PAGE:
The fact that so many of the UK’s esteemed football writers - normally highly critical appraisers of sporting talent – have voiced their dismay on social networking sites shows how many experts recognized that Beckham’s place at the Olympics was about more than just his merit as a player.
Henry Winter of Britain’s Daily Telegraph newspaper wrote “Becks deserved more respect.” Matt Dickinson from The Times tweeted, “shocked by the Beckham news” while The Mirror’s John Cross said he was “Stunned – Beckham deserved it on every level.” Read the rest of this entry »
June 27, 2012
Posted: 1505 GMT
You wouldn’t blame Mario Balotelli for digging out his “Why Always Me?” T-shirt after he was compared to King Kong by Italian newspaper Gazzetta dello Sport.
It was an ill-judged cartoon which proves, yet again, how much more attitudes in the football world need to change to stop black footballers being singled out for the color of their skin.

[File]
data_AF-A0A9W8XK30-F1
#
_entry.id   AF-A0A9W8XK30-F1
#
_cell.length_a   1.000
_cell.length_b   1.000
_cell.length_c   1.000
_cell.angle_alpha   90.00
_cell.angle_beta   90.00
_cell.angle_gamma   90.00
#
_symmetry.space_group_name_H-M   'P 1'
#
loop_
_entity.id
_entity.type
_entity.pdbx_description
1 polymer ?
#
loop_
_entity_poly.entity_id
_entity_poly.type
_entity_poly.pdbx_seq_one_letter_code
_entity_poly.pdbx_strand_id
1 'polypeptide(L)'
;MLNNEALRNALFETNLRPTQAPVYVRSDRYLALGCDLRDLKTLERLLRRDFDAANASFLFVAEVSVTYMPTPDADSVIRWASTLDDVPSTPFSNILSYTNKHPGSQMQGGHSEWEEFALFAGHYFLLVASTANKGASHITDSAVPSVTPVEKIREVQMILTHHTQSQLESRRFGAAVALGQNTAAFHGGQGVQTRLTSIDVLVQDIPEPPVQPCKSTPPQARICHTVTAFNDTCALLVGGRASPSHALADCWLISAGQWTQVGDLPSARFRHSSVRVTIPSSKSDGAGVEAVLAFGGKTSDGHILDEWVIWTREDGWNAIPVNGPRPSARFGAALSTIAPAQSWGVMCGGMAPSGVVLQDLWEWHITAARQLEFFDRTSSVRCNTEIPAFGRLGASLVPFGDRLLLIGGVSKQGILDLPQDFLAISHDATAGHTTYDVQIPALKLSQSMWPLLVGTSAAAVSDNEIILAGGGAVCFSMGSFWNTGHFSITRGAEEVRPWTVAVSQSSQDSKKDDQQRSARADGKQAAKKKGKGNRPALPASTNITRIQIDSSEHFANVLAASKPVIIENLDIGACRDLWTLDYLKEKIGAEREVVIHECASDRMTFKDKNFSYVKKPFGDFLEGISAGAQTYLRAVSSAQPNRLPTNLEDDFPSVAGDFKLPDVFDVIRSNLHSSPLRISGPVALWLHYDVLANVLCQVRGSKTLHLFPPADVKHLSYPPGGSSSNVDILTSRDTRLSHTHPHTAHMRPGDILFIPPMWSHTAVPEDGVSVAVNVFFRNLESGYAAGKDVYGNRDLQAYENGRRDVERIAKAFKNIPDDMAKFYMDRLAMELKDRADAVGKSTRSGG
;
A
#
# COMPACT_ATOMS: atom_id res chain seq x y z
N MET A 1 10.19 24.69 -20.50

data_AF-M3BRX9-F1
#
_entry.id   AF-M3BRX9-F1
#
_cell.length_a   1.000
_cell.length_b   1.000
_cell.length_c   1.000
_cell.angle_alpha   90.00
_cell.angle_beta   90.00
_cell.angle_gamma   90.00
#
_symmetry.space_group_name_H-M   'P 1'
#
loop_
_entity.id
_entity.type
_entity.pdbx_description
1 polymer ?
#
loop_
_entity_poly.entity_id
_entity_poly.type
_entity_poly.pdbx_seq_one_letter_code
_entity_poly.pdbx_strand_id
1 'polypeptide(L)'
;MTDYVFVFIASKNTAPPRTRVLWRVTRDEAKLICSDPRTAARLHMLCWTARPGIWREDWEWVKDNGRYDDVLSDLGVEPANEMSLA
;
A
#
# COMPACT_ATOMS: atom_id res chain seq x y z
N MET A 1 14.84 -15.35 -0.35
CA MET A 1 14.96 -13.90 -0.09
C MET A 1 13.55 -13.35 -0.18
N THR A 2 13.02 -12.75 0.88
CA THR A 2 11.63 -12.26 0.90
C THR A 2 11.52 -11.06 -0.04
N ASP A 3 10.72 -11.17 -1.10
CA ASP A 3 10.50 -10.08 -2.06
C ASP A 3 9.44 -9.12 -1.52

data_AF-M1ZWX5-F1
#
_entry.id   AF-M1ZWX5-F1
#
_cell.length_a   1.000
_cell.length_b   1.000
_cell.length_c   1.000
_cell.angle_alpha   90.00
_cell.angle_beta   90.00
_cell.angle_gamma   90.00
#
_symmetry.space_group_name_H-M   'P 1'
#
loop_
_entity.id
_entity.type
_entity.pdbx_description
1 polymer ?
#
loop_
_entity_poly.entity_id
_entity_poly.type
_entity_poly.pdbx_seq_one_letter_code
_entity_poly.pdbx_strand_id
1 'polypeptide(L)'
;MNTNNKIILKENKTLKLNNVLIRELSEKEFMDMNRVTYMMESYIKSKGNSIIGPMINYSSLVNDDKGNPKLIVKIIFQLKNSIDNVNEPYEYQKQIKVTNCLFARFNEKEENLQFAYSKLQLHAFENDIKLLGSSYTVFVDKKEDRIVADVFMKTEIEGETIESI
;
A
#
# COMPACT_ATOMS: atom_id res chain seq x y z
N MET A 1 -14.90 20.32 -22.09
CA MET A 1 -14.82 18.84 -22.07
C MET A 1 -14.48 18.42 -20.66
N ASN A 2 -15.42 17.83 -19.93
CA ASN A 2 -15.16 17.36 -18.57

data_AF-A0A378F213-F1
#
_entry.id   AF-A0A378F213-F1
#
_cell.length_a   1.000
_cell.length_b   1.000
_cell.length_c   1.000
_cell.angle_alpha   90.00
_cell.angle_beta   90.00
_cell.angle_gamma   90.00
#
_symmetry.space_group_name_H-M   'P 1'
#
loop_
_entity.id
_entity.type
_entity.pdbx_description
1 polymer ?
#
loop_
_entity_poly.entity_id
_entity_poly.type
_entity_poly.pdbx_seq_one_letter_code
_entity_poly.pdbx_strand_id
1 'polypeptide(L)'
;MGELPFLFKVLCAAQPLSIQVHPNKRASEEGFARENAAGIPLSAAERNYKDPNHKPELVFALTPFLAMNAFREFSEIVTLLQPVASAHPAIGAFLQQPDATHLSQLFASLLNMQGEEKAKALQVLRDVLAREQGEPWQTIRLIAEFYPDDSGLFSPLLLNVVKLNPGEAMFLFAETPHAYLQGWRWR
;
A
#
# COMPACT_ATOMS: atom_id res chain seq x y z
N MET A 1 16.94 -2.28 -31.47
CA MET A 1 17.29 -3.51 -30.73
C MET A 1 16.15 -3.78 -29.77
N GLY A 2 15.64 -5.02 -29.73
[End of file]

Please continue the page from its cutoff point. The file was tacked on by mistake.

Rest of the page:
If a respected publication like Gazetta, which has been running for more than a century, can sanction an illustration comparing someone from an ethnic minority with a famous gorilla – even in jest – then is it any wonder that anti-racism campaigners remain dismayed by football’s attempts to eradicate the problem? Read the rest of this entry »
June 19, 2012
Posted: 1456 GMT
Even just a few months ago, it would have been sporting heresy. Now, it was just a throwaway comment between colleagues in the office. “I’m bored with Spain.” I nodded in agreement - it was hard to argue.